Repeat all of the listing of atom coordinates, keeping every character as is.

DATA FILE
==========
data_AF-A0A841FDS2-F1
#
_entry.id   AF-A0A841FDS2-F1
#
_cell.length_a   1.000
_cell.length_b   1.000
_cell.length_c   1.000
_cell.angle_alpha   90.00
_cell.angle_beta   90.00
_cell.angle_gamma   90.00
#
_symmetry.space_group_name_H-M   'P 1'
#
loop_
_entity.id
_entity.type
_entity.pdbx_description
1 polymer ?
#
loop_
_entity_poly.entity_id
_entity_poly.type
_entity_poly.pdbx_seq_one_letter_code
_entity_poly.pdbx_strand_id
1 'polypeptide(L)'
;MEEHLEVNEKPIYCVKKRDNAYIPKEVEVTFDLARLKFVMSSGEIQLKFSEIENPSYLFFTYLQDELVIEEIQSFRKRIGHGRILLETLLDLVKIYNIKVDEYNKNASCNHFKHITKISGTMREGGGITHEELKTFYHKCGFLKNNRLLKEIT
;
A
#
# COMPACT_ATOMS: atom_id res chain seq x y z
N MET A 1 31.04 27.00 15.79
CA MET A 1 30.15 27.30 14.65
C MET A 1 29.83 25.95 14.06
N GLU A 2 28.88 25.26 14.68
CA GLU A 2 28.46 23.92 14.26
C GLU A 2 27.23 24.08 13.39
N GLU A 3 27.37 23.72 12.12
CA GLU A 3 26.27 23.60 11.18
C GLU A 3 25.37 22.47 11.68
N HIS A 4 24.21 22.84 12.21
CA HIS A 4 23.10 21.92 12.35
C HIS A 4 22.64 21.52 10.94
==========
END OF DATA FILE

data_AF-A0A841FDS2-F1
#
_entry.id   AF-A0A841FDS2-F1
#
_cell.length_a   1.000
_cell.length_b   1.000
_cell.length_c   1.000
_cell.angle_alpha   90.00
_cell.angle_beta   90.00
_cell.angle_gamma   90.00
#
_symmetry.space_group_name_H-M   'P 1'
#
loop_
_entity.id
_entity.type
_entity.pdbx_description
1 polymer ?
#
loop_
_entity_poly.entity_id
_entity_poly.type
_entity_poly.pdbx_seq_one_letter_code
_entity_poly.pdbx_strand_id
1 'polypeptide(L)'
;MEEHLEVNEKPIYCVKKRDNAYIPKEVEVTFDLARLKFVMSSGEIQLKFSEIENPSYLFFTYLQDELVIEEIQSFRKRIGHGRILLETLLDLVKIYNIKVDEYNKNASCNHFKHITKISGTMREGGGITHEELKTFYHKCGFLKNNRLLKEIT
;
A
#
# COMPACT_ATOMS: atom_id res chain seq x y z
N MET A 1 31.04 27.00 15.79
CA MET A 1 30.15 27.30 14.65
C MET A 1 29.83 25.95 14.06
N GLU A 2 28.88 25.26 14.68
CA GLU A 2 28.46 23.92 14.26
C GLU A 2 27.23 24.08 13.39
N GLU A 3 27.37 23.72 12.12
CA GLU A 3 26.27 23.60 11.18
C GLU A 3 25.37 22.47 11.68
N HIS A 4 24.21 22.84 12.21
CA HIS A 4 23.10 21.92 12.35
C HIS A 4 22.64 21.52 10.94